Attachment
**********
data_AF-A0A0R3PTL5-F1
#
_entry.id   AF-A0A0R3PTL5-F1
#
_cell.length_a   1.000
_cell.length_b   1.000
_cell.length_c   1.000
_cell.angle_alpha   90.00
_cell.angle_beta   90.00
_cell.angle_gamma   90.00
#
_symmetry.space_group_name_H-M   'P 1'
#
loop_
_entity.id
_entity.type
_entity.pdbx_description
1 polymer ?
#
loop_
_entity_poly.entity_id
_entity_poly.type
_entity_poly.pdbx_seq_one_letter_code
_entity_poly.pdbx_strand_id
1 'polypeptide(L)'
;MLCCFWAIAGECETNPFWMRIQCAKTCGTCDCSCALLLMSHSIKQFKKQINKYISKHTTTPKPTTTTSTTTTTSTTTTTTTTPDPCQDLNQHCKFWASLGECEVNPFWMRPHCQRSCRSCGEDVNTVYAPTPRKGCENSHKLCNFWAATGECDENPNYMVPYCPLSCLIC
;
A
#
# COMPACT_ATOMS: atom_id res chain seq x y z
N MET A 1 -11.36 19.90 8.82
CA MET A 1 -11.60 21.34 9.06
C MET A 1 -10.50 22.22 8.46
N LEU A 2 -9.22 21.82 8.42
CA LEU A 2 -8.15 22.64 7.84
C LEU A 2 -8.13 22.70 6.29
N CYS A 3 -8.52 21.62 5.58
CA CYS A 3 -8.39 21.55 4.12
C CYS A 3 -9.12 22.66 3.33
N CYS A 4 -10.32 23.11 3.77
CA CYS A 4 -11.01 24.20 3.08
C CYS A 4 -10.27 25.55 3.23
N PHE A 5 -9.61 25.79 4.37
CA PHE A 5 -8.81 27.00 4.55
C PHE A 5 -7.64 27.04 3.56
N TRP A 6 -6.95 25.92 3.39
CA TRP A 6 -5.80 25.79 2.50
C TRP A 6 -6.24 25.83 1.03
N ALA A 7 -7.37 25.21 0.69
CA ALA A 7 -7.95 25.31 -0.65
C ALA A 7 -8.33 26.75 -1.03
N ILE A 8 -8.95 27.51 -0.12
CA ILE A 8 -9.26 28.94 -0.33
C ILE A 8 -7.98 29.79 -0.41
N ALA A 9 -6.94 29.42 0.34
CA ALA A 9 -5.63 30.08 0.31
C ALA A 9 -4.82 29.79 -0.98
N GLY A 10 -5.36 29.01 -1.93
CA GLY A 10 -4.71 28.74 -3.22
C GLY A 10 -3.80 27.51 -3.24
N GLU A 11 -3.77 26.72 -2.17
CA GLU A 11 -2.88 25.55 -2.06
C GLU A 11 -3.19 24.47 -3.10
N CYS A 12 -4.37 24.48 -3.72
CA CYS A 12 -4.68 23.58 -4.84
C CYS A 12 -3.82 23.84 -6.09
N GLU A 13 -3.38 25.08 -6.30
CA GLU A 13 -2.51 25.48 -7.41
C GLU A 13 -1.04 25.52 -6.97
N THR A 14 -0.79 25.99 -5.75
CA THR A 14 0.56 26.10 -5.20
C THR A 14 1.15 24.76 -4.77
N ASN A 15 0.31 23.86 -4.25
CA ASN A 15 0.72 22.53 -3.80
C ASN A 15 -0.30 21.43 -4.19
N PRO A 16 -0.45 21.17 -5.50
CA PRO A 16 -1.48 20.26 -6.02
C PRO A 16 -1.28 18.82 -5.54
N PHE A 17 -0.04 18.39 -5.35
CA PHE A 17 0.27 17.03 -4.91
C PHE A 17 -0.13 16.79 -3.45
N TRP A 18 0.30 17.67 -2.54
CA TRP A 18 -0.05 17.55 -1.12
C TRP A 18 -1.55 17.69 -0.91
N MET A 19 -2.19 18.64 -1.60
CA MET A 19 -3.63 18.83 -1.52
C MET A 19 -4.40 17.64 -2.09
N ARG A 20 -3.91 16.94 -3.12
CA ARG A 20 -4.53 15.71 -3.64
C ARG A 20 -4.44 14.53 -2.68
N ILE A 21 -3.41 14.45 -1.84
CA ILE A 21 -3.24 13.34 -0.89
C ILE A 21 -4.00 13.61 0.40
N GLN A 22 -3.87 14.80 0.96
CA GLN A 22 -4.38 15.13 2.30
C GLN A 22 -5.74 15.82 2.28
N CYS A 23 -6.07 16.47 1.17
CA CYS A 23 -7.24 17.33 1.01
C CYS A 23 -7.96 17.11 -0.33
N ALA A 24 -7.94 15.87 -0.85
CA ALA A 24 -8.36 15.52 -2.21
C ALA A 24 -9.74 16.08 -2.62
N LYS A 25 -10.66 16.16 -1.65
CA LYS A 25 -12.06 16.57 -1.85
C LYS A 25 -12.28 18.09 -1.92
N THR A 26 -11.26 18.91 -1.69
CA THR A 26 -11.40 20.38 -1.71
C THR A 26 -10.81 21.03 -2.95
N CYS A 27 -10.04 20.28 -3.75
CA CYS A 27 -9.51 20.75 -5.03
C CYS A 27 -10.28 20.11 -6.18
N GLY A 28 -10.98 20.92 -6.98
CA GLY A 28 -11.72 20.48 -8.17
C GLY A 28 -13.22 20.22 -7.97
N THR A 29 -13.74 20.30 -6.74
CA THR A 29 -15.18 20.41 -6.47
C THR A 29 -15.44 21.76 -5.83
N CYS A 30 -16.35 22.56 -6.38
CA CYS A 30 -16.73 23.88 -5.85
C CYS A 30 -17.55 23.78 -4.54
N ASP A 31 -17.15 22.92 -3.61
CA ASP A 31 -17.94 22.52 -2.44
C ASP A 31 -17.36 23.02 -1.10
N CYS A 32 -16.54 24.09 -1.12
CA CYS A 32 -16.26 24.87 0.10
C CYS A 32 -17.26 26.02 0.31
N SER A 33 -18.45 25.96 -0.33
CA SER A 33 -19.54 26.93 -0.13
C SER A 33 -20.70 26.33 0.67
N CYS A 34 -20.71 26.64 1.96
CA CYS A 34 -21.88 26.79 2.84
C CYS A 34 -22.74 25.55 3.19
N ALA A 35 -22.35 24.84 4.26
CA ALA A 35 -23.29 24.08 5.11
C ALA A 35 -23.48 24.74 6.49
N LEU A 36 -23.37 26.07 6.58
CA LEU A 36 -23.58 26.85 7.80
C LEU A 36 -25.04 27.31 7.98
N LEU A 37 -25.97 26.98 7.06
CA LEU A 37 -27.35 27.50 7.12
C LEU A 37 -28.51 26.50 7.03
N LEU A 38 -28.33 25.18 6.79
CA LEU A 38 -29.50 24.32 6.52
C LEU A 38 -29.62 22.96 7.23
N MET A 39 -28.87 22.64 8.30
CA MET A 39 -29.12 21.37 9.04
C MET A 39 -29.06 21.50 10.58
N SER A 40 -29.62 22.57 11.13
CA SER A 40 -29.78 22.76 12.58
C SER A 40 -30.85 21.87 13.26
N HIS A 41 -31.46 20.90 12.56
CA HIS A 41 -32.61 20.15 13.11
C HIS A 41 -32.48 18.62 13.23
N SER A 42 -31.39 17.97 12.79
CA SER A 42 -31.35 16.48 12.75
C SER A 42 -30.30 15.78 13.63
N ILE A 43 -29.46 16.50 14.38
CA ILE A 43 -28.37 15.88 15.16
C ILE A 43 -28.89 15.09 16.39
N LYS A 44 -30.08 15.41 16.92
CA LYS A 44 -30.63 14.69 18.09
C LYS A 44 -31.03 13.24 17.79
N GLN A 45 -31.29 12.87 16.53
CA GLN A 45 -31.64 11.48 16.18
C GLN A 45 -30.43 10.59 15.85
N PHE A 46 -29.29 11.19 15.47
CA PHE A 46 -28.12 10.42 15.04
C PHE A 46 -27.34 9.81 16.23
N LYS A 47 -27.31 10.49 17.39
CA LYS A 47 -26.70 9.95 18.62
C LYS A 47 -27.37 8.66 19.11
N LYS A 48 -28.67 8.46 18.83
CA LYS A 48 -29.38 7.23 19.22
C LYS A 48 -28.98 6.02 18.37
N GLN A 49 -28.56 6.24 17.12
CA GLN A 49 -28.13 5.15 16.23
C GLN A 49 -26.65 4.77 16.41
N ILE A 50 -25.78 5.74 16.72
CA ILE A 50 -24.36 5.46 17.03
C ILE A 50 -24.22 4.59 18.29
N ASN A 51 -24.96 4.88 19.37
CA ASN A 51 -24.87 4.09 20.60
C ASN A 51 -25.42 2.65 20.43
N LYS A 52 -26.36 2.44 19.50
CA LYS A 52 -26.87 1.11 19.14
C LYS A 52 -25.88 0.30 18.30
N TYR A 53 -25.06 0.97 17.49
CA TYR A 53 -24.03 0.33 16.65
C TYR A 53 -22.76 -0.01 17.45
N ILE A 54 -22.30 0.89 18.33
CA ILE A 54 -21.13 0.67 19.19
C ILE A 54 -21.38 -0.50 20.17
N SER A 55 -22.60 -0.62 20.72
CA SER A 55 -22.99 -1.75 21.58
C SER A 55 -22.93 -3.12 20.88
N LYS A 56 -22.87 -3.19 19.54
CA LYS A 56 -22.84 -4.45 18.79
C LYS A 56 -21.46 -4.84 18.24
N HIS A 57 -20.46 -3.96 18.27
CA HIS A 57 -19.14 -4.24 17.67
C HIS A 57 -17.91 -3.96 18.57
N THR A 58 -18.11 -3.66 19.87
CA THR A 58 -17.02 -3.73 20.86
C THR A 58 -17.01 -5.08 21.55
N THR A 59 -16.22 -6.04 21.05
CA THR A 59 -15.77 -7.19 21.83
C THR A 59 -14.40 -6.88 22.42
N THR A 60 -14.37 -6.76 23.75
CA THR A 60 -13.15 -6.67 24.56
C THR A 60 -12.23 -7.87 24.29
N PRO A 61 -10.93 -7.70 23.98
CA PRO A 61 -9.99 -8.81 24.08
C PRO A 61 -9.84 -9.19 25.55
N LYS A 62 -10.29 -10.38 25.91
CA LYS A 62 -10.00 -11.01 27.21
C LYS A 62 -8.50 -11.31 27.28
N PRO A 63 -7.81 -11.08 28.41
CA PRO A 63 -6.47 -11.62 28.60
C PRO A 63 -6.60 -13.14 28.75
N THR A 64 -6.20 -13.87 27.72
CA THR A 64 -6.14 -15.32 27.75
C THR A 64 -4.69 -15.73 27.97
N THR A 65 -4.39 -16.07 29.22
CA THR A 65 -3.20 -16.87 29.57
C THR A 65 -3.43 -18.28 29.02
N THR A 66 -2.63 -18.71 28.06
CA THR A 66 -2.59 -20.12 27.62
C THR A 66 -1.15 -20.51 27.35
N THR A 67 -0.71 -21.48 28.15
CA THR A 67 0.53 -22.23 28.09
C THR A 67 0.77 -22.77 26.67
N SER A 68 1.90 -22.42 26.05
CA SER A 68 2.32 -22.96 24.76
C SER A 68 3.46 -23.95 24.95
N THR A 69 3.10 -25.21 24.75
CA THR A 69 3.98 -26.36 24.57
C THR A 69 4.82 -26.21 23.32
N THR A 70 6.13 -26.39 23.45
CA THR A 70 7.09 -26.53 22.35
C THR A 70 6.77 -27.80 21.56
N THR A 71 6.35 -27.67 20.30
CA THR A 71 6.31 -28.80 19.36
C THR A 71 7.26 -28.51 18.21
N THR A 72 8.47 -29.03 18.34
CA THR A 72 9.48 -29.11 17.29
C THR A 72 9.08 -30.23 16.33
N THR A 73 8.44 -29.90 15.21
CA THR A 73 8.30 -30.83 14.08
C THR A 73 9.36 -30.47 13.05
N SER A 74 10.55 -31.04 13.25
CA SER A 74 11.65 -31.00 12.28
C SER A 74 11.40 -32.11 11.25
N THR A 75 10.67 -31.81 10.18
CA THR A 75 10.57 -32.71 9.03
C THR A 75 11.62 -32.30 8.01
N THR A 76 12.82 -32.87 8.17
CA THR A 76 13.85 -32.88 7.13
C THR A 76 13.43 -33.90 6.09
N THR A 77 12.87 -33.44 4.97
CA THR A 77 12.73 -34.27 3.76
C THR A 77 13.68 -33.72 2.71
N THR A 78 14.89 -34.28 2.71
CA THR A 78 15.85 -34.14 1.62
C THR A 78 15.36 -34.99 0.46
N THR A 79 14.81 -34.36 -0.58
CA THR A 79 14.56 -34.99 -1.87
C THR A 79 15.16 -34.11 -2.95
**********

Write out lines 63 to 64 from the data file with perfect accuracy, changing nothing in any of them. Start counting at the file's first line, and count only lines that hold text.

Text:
C GLU A 11 -3.19 24.47 -3.10
N CYS A 12 -4.37 24.48 -3.72